Project description:Non-viral, polymeric-based, siRNA nanoparticles (NPs) have been proposed as promising gene delivery systems. Encapsulating siRNA in targeted NPs could confer improved biological stability, extended half-life, enhanced permeability, effective tumor accumulation, and therapy. In this work, a peptide derived from apolipoprotein B100 (ApoB-P), the protein moiety of low-density lipoprotein, was used to target siRNA-loaded PEGylated NPs to the extracellular matrix/proteoglycans (ECM/PGs) of a mammary carcinoma tumor. siRNA against osteopontin (siOPN), a protein involved in breast cancer development and progression, was encapsulated into PEGylated poly(d,l-lactic-co-glycolic acid) (PLGA) NPs using the double emulsion solvent diffusion technique. The NPs obtained possessed desired physicochemical properties including ~200 nm size, a neutral surface charge, and high siOPN loading of ~5 µg/mg. ApoB-P-targeted NPs exhibited both enhanced binding to isolated ECM and internalization by MDA-MB-231 human mammary carcinoma cells, in comparison to non-targeted NPs. Increased accumulation of the targeted NPs was achieved in the primary mammary tumor of mice xenografted with MDA-MB-231 mammary carcinoma cells as well as in the lungs, one of the main sites affected by metastases. siOPN NPs treatment resulted in significant inhibition of tumor growth (similar bioactivity of both formulations), accompanied with significant reduction of OPN mRNA levels (~40% knockdown of mRNA levels). We demonstrated that targeted NPs possessed enhanced tumor accumulation with increased therapeutic potential in mice models of mammary carcinoma.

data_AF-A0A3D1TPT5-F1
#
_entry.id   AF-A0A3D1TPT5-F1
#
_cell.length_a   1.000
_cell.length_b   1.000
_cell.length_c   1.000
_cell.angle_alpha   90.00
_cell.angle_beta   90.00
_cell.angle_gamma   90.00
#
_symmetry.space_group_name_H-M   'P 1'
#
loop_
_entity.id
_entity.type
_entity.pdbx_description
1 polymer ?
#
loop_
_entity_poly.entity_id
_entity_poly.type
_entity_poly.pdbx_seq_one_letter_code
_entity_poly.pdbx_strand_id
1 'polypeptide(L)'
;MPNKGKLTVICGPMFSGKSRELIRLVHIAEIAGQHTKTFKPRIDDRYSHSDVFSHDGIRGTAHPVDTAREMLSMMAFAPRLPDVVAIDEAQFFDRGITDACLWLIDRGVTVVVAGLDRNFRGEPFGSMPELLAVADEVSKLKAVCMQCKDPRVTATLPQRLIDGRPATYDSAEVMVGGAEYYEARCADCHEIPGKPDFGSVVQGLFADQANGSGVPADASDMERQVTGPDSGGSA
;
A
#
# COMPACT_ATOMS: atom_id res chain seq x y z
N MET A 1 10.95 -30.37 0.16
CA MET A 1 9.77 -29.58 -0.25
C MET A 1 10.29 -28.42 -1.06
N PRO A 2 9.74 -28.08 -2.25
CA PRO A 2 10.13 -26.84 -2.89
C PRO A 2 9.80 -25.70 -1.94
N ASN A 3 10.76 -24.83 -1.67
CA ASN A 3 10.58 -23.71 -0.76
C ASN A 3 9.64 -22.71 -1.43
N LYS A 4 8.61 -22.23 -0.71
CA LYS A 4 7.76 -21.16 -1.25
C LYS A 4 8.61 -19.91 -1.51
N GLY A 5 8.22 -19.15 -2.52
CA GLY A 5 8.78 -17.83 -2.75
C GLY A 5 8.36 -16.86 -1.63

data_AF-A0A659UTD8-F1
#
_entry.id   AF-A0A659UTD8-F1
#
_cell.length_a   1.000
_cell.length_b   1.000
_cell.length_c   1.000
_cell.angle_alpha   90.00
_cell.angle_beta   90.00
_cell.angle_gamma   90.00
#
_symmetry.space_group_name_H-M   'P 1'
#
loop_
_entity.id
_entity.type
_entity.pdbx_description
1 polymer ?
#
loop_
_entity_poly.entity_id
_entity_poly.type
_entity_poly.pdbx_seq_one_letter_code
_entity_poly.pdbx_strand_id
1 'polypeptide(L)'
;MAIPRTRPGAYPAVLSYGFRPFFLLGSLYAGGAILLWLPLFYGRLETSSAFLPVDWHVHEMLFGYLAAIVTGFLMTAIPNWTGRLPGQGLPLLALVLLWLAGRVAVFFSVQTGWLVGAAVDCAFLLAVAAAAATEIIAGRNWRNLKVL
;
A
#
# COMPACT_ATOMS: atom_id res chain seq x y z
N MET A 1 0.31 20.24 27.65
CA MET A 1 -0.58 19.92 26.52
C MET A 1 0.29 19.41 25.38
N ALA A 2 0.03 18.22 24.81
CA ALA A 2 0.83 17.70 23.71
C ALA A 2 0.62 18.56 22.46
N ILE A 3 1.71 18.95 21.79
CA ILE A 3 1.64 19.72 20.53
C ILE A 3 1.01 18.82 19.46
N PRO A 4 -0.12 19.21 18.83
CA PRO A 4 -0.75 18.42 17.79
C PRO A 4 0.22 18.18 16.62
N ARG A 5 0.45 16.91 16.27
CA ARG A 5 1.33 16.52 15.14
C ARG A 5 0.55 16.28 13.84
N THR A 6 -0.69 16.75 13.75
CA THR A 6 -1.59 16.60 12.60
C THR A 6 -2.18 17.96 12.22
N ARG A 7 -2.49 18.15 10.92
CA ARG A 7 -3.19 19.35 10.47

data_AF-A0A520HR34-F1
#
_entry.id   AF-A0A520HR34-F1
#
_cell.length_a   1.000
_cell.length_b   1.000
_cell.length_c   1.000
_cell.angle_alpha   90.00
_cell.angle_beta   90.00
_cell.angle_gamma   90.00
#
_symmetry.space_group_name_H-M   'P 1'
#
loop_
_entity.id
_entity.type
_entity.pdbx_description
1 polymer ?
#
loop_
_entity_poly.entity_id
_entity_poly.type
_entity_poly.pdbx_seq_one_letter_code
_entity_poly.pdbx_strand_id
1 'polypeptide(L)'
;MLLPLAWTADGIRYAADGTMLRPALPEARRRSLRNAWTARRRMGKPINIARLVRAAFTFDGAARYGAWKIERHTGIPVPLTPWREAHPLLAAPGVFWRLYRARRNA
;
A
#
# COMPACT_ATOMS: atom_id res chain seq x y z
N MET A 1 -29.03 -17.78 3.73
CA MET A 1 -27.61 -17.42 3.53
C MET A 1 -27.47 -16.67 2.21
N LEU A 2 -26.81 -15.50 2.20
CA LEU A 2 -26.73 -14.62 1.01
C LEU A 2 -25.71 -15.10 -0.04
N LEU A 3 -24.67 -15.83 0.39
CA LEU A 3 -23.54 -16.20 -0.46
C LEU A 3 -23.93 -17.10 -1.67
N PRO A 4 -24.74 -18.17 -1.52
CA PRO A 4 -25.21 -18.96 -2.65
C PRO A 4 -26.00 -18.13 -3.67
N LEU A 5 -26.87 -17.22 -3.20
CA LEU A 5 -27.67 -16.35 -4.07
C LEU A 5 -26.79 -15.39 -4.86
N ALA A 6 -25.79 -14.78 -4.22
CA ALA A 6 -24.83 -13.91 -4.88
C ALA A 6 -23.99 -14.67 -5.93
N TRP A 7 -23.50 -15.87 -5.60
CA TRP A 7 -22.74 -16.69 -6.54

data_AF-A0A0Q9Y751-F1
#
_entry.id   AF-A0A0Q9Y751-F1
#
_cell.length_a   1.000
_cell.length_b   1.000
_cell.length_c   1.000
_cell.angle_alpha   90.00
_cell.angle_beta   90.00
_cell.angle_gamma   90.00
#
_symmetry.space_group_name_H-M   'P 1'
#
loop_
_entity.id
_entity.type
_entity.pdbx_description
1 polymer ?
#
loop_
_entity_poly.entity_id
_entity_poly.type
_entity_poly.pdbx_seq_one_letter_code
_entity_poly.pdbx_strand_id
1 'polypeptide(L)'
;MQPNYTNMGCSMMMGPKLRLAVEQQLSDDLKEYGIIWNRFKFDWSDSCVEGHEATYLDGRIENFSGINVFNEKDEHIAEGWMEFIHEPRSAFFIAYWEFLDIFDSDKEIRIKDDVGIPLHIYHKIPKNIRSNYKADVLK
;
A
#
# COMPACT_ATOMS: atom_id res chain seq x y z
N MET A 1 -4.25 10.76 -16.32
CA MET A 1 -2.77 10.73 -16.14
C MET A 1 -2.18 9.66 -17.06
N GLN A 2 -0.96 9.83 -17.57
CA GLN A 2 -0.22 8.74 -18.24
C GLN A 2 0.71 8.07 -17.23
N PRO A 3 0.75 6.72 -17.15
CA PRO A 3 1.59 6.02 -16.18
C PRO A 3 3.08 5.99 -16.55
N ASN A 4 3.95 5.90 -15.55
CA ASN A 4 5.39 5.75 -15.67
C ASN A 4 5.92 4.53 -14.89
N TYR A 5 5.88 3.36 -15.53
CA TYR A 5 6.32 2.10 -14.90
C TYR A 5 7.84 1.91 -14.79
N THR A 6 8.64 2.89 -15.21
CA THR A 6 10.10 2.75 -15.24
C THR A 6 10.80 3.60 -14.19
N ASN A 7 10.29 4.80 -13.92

Project description:A unique pH/redox dual-sensitive cationic unimolecular nanoparticle (NP) enabling excellent endosomal/lysosomal escape and efficient siRNA decomplexation inside the target cells was developed for tumor-targeted delivery of siRNA. siRNA was complexed into the cationic core of the unimolecular NP through electrostatic interactions. The cationic core used for complexing siRNA contained reducible disulfide bonds that underwent intracellular reduction owing to the presence of high concentrations of reduced glutathione (GSH) inside the cells, thereby facilitating the decomplexation of siRNA from the unimolecular NPs. The cationic polymers were conjugated onto the hyperbranched core (H40) via a pH-sensitive bond, which further facilitated the decomplexation of siRNA from the NPs. In vitro studies on the siRNA release behaviors showed that dual stimuli (pH=5.3, 10mM GSH) induced the quickest release of siRNA from the NPs. In addition, the imidazole groups attached to the cationic polymer segments enhanced the endosomal/lysosomal escape of NPs via the proton sponge effect. Intracellular tracking studies revealed that siRNA delivered by unimolecular NPs was efficiently released to the cytosol. Moreover, the GE11 peptide, an anti-EGFR peptide, enhanced the cellular uptake of NPs in MDA-MB-468, an EFGR-overexpressing triple negative breast cancer (TNBC) cell line. The GE11-conjugated, GFP-siRNA-complexed NPs exhibited excellent GFP gene silencing efficiency in GFP-MDA-MB-468 TNBC cells without any significant cytotoxicity. Therefore, these studies suggest that this smart unimolecular NP could be a promising nanoplatform for targeted siRNA delivery to EFGR-overexpressing cancer cells.